Israel on tap: Science comes to a neighborhood pub

Israel on tap: Science comes to a neighborhood pub

Ben Bridge

By Janis Siegel, Jewish Sound Correspondent

It’s a college student’s dream scenario: Science class in a bar — with no tests. There’s no telling how many might have aced their finals if they could have attended class in the evening, listening to their professor with a finely crafted beer in hand.

On April 23, the adults who come to the first U.S. Weizmann Institute of Science’s “Science on Tap” event at The Pike Pub will have their dreams come true.

Along with the pub’s superlative suds and locally sourced organic food, a top-ranking world-class Weizmann professor, Dr. Roee Ozeri from its Department of Physics and Complex Systems, will discuss his research specialty, quantum computing and nanotechnology.

Science on Tap will take place on Wed., April 23 from 7–9 p.m. at The Pike Brewing Company, 1415 1st Ave., Seattle. Free, but seats are limited. Contact stephanie@acwis.org by April 16 to RSVP.

Science on Tap will take place on Wed., April 23 from 7–9 p.m. at The Pike Brewing Company, 1415 1st Ave., Seattle. Free, but seats are limited. Contact stephanieh@acwis.org by April 16 to RSVP.

Nanotechnology refers to a one-billionth part of any material — like a nanosecond or a nanometer — that are 100,000 times smaller than the width of a human hair.

It’s a topic that is understandably tough for most people to get their head around — with or without beer.

“The most striking feature of objects that obey the rules of quantum mechanics is that they can exist in multiple realities at the same time — can be in different locations, have different colors, etc.,” Ozeri told The Jewish Sound. “We call this ‘the superposition principle.’”

Because they can exist simultaneously in more than one state, wrote Ozeri in a Weizmann Institute newsletter, quantum computers would store information using quantum bits or “qubits” because they represent a “1” and a “0” at the same time, known as the superposition effect.

“Quantum computers are computers that will be able to perform different computations in parallel and in different realities,” said Ozeri. “This will make them, in principle, stronger than any existing computer.”

This first-ever Weizmann Science on Tap event in Seattle is co-sponsored by the Weizmann Institute of Science, the Washington-Israel Business Council and the Jewish Federation of Greater Seattle.

“Prof. Ozeri’s studies in quantum computing are advancing this transformative area of research,” Andy Weissman, executive director of leadership giving for the American Committee for the Weizmann Institute of Science told The Jewish Sound. “It is a booming field that will become increasingly important for the local community, and the world.”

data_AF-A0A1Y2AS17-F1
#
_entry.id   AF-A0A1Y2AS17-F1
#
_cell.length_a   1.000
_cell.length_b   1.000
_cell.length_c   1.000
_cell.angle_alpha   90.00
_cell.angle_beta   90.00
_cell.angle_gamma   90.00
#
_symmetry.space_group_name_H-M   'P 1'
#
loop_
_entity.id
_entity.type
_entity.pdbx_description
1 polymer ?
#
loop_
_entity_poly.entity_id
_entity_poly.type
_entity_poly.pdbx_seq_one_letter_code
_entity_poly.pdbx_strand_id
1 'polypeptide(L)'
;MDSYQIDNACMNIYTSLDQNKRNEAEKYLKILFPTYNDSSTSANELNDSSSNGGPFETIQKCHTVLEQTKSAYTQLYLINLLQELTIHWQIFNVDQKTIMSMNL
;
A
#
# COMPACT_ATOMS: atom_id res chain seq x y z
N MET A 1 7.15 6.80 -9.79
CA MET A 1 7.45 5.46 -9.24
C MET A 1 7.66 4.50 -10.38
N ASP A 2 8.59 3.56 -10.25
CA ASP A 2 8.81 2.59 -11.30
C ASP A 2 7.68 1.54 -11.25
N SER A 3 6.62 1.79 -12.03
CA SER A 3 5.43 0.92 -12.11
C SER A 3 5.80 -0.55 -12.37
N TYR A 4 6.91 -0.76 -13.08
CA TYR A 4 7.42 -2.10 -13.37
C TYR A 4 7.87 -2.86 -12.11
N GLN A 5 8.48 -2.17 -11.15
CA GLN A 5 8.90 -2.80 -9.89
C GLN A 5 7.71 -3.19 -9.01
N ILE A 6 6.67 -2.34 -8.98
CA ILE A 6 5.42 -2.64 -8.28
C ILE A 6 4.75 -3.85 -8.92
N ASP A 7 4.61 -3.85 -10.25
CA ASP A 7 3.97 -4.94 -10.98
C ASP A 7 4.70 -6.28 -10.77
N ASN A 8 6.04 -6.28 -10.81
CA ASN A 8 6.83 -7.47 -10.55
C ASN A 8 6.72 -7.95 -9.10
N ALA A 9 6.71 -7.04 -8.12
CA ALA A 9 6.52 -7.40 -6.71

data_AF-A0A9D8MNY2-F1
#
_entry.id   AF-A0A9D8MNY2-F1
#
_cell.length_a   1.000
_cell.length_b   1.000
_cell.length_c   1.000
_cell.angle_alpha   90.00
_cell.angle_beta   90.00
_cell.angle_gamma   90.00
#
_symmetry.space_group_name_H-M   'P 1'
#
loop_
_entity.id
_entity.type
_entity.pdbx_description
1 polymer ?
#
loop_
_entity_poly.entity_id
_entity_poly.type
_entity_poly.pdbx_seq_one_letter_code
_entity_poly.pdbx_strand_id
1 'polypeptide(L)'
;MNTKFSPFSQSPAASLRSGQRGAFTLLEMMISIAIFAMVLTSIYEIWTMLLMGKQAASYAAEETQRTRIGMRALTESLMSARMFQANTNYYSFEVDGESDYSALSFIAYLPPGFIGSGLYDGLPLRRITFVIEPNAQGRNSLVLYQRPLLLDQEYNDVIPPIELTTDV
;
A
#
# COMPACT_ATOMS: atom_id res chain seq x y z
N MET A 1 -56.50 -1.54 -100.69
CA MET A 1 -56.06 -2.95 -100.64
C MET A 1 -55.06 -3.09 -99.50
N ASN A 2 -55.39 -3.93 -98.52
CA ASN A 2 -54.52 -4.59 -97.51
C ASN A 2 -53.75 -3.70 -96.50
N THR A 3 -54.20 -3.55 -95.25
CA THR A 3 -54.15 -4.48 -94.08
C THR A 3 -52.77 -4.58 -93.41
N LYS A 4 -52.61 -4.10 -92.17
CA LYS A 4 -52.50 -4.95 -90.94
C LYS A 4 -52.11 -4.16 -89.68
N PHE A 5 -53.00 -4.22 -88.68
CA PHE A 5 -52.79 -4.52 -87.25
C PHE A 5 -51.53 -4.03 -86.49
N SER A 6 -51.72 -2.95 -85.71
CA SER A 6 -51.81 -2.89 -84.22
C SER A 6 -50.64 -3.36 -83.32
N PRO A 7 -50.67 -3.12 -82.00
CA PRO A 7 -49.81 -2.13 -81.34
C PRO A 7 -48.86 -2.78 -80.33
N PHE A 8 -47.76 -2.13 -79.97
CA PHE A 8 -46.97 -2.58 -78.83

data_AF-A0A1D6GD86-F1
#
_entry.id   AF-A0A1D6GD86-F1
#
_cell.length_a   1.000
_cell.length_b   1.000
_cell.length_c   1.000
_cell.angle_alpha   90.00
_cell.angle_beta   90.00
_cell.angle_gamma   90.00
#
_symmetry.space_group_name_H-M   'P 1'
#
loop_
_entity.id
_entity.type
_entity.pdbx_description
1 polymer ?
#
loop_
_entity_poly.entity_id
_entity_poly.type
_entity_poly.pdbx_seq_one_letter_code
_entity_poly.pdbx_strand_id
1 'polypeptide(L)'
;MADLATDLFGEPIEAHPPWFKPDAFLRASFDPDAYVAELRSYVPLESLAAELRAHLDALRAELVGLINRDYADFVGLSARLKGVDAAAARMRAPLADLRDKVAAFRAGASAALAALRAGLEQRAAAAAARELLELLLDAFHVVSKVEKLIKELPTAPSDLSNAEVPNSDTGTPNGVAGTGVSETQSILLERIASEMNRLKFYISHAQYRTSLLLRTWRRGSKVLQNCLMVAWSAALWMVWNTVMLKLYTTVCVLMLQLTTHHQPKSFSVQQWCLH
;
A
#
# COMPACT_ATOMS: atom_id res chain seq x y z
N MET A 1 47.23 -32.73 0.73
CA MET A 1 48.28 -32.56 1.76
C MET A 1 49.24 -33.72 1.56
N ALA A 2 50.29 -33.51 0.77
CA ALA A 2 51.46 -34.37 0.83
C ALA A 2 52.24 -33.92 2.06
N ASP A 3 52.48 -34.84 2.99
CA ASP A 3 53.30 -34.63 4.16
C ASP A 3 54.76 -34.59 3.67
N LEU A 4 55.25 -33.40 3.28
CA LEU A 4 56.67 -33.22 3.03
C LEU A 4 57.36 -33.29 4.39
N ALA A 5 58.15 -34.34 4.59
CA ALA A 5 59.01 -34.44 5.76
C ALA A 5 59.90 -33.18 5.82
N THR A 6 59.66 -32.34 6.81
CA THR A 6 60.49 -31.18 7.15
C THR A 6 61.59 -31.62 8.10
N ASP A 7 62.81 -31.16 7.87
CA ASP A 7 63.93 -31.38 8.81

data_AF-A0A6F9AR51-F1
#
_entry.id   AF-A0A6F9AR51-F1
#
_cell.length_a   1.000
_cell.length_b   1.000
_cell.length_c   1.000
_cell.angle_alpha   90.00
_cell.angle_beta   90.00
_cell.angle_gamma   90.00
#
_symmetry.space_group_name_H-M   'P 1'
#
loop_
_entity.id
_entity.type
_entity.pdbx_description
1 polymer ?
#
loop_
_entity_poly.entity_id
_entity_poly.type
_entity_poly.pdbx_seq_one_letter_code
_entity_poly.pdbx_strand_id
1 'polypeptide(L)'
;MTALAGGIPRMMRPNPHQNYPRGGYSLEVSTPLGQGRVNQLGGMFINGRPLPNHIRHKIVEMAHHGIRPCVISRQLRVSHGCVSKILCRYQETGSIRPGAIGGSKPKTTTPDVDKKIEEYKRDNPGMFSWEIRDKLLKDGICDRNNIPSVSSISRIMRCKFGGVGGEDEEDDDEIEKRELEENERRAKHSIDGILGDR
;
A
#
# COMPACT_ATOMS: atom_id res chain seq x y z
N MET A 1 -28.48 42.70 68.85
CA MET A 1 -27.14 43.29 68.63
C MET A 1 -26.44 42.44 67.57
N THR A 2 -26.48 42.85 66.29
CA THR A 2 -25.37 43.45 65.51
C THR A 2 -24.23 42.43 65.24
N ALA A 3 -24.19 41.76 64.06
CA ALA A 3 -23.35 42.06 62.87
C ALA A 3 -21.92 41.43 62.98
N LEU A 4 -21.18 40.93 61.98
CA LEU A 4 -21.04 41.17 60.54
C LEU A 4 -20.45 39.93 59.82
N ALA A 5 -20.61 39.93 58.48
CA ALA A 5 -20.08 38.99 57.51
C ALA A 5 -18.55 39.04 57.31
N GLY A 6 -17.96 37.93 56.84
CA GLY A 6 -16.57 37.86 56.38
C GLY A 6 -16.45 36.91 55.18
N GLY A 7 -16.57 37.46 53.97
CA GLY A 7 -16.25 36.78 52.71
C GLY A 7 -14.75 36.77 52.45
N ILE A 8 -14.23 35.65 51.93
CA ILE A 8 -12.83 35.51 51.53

Weissman said the institute chose Seattle to debut this event because of its thriving tech economy. But there was another reason as well: “Because of its tradition of brewing craft beers, often served best and freshest on-tap.”

Increasingly popular in Israel since 2012, Weizmann held more than 50 Science on Tap events during its first year, according to the Haaretz newspaper. In 2013, the number of events was even larger. Ozeri also participates in this series.

He wrote in a Weizmann Institute newsletter that a quantum computer could theoretically solve computational problems that today are unsolvable, improve research capabilities, and even crack the most complex encryption codes.

“It is, however, very difficult to realize such a computer,” Ozeri told The Jewish Sound. “Although we know quantum physics controls the behavior of microscopic particles, such as atoms or molecules, it ‘disappears’ as we zoom out to macroscopic objects — such as computers. Our job in building a quantum computer is therefore to extend quantum behavior to large scales.”

These are the issues Ozeri will bring up at the event.

Weissman said the tech institute wants to expand these Science on Tap events to cities like New York, Las Vegas, and Chicago, but there are no future dates at this time.

Charles Finkel, owner of The Pike Pub, has himself been a guest speaker at similar events. At one of the Pacific Science Center’s Science Cafés he talked about Louis Pasteur’s groundbreaking work on the identification of yeast, which is at the core of the pub’s brewing operation. Finkel has also been invited to speak forthe Washington State Jewish Historical Society and Hillel at the University of Washington.

Finkel and his wife, Rose Ann, served on Weizmann’s national board and led an informal Northwest Weizmann affinity group until he bought back the brewery they had founded.

“One of the things that Weizmann does that is unsung about it is that its inventions cross any border,” Finkel told The Jewish Sound, “so that the Palestinians and the Arab world are as satisfied with Weizmann creations as Israel. It just happens to be in Israel, but it’s for all humanity.”

 

Leave a Reply